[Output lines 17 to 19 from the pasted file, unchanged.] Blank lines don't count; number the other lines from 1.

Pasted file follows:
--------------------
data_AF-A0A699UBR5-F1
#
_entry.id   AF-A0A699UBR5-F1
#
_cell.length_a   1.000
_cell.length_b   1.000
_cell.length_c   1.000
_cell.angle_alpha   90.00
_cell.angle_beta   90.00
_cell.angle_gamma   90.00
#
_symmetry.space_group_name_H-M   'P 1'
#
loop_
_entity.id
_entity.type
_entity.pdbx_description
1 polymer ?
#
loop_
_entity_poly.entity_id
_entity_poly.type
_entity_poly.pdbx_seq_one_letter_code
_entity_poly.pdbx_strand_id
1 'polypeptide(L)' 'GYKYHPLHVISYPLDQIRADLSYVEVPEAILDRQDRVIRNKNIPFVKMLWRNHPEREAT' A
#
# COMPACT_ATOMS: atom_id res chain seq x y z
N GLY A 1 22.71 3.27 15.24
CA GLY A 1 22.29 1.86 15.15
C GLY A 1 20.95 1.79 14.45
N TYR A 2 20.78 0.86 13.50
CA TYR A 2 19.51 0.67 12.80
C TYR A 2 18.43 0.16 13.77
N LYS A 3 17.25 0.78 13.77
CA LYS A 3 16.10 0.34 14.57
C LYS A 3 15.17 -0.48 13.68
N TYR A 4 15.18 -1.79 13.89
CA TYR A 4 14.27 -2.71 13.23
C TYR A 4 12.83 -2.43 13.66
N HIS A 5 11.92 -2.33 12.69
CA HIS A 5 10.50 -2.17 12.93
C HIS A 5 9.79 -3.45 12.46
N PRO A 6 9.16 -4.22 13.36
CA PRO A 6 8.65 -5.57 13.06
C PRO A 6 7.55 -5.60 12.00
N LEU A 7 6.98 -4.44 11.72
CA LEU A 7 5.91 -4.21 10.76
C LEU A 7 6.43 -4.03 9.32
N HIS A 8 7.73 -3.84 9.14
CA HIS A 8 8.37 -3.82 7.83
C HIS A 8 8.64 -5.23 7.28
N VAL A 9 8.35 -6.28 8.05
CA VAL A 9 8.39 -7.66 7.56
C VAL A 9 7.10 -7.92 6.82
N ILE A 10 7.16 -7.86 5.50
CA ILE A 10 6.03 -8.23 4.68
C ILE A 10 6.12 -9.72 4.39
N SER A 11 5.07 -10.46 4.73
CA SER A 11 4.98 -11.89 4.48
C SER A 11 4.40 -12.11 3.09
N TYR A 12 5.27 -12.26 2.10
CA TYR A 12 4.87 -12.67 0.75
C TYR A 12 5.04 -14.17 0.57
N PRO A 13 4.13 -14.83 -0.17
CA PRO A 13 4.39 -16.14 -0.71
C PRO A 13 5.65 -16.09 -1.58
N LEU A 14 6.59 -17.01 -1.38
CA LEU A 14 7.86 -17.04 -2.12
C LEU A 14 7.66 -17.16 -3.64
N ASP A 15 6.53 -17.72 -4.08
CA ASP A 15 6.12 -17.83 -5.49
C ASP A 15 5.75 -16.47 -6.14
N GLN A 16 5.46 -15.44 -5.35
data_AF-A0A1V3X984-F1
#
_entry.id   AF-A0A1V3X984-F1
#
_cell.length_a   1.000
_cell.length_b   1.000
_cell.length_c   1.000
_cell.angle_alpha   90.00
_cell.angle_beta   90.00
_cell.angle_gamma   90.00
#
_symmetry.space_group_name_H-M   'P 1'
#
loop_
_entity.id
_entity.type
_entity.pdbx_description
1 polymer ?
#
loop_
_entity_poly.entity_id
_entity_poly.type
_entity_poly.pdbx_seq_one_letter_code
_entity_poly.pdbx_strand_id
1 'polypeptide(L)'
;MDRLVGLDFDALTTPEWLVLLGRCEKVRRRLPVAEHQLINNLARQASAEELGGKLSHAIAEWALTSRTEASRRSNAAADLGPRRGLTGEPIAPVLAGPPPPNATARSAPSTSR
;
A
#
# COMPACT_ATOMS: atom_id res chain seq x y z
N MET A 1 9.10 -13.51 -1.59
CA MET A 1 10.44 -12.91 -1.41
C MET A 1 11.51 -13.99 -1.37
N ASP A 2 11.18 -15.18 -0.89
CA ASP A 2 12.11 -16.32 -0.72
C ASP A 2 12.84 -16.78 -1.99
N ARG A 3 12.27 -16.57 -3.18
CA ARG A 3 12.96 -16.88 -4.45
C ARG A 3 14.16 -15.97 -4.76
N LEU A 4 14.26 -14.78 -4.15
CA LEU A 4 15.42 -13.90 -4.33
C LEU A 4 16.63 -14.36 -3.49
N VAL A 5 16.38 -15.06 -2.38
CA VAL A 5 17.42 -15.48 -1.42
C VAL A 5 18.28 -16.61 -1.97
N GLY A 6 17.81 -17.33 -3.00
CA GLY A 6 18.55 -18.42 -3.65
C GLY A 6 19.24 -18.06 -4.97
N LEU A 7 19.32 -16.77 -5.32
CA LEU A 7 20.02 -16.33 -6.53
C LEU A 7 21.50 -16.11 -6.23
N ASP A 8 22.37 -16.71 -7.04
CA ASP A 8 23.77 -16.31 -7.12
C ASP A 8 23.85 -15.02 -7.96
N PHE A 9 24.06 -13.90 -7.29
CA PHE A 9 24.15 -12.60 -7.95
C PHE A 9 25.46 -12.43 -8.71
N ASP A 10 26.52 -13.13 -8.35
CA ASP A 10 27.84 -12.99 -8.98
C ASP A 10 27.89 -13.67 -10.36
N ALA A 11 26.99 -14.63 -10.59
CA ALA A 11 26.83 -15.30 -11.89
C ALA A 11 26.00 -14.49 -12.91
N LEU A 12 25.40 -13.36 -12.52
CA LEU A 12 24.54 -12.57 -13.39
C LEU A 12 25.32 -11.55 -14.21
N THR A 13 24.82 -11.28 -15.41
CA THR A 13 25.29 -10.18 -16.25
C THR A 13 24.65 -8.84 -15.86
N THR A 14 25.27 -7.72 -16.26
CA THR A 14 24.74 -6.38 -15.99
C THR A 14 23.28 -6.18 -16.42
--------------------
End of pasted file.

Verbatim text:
_entity.pdbx_description
1 polymer ?
#